By virtue of being an international financier with a $25bn (£18bn) fortune, Mr Soros is also demonised as a “globalist”, a “master criminal” or a “globalist criminal mastermind”.
Right-wing supporters of Israel hate him too, because of his foundation’s backing for critics of Israeli government policy.
Hence the bizarre spectacle, last October, of the chairman of the board of the Israeli American Council tweeting an image of Soros’ head superimposed on an octopus in the act of devouring the globe.
“Soros gives $18bn to his Open Society Fdn,” wrote Adam Milstein, “$$ used for civil unrest, dividing Americans and suppressing free speech”.
He deleted the tweet after it was pointed out that the picture of Soros as all-consuming octopus was similar to the images of all-consuming Jews used in antisemitic cartoons of old.
Needless to say, America’s antisemitic right-wing is convinced that Mr Soros is behind almost every conspiracy going.
According to some, Mr Soros was one of the three “criminal masterminds” who were really behind the Las Vegas shootings.
The other two were a powerful “Harvard-educated son of a rabbi” and a billionaire supporter of Israel. And they were all making a fortune because the shooting sent the share prices of companies selling security equipment into orbit.
But much of America’s far-right, regardless of its feelings for Jews, also hates the “globalist” Soros for his free market and liberal views.
They hated him even before he called Donald Trump’s administration “a danger to the world”, at Davos, that supposedly arch-conspiratorial gathering of the global elite, that this year was also attended by the US President.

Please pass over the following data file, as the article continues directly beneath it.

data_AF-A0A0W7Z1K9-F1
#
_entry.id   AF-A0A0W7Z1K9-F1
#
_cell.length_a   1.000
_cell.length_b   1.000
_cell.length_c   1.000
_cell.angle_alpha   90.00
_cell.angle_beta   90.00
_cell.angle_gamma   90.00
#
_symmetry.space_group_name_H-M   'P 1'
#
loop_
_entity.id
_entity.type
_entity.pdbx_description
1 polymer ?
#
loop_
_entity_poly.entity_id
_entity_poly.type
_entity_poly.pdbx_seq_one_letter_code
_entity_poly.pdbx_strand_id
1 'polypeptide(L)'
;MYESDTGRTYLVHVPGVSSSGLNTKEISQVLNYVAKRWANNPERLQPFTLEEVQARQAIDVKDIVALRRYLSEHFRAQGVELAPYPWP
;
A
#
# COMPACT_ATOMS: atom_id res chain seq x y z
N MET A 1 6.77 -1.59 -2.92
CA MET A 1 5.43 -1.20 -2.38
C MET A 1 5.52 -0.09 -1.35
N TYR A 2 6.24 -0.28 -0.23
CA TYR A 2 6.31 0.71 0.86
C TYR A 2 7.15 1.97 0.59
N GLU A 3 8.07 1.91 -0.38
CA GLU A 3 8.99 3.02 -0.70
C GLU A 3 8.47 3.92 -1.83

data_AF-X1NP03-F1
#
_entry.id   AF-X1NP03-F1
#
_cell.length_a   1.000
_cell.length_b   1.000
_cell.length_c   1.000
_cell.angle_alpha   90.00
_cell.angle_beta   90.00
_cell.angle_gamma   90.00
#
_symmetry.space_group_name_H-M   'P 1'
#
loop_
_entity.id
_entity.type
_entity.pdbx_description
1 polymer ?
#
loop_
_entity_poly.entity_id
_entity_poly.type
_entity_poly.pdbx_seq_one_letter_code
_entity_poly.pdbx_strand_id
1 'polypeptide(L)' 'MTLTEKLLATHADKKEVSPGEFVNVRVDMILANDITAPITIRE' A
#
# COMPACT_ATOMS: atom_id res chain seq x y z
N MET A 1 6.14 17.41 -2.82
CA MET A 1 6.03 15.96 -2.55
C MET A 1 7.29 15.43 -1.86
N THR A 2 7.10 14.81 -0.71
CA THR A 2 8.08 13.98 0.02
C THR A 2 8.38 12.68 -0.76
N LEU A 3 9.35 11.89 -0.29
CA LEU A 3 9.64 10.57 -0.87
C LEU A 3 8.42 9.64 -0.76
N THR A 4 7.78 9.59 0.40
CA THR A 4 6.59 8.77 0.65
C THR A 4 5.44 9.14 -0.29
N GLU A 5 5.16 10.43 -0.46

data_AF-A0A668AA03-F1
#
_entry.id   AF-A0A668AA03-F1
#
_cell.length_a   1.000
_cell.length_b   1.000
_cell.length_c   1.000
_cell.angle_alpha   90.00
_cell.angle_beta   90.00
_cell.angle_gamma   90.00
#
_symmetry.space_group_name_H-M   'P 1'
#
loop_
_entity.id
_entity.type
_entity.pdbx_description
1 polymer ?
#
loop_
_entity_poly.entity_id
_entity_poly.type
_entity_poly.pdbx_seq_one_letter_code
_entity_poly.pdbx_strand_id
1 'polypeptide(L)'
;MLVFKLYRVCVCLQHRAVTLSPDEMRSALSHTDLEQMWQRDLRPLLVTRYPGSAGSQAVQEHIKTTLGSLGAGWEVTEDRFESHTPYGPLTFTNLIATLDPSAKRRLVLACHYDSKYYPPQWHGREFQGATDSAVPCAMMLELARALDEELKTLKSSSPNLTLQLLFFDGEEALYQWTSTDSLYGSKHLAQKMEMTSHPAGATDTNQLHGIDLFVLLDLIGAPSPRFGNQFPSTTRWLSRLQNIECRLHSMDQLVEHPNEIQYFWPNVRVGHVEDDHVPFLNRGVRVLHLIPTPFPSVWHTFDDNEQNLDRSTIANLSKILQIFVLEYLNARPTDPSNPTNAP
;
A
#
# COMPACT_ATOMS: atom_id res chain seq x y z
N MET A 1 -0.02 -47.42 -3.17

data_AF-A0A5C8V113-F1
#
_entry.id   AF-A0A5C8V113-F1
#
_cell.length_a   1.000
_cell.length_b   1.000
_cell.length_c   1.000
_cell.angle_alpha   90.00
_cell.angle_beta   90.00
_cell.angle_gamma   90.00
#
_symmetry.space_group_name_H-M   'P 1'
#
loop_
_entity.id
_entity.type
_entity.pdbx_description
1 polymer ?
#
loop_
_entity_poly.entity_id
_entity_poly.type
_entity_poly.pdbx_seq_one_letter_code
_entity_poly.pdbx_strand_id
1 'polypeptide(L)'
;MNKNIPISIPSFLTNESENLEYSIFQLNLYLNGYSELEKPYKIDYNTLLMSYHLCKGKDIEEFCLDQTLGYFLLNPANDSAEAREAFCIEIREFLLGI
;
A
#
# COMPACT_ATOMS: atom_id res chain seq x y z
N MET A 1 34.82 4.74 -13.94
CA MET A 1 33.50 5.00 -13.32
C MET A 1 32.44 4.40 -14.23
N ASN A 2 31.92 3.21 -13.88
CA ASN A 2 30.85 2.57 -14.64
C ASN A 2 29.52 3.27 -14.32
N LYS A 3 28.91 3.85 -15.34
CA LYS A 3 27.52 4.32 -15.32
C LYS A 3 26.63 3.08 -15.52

Breitbart has drawn its readers’ attention to Mr Soros’ supposed “history of destabilising governments for personal financial gain, [and] funding left-wing campaigns”.
And here a certain symbiosis seems to have occurred between Breitbart, with its links to former Trump adviser Steve Bannon, and a new wave of right-wing governments in Eastern Europe that haven’t taken kindly to being criticised by Mr Soros or local organisations funded by his foundation.
In March 2017 Cvetlin Cilimanov, the co-founder of Macedonia’s “Operation Stop Soros” group told Reuters: “Our inspiration comes from the United States, from the American conservative organisations, media and congressmen with the same views, especially the new administration of President Trump.”
Operation Stop Soros was started in January 2017. In the same month the Macedonian nationalist Nikola Gruevski, who had to resign in 2016 after a decade in power, told a local magazine: “Soros turns Macedonian NGOs into a modern army.
“They crush you. They make you a criminal, a thief, traitor, idiot, a monster, whatever they want. Then you have to go to elections.”
Mr Soros has also been attacked by members of Poland’s ruling Law and Justice party, and in Romania the Social Democrat party leader Liviu Dragnea has told a TV interviewer, (two years after resigning from the cabinet following a conviction in a case involving alleged electoral fraud): “The foundations and structures that he [Soros] has funded since 1990 have financed evil in Romania”.
But it is in Hungary that the demonisation of Mr Soros has become most intense.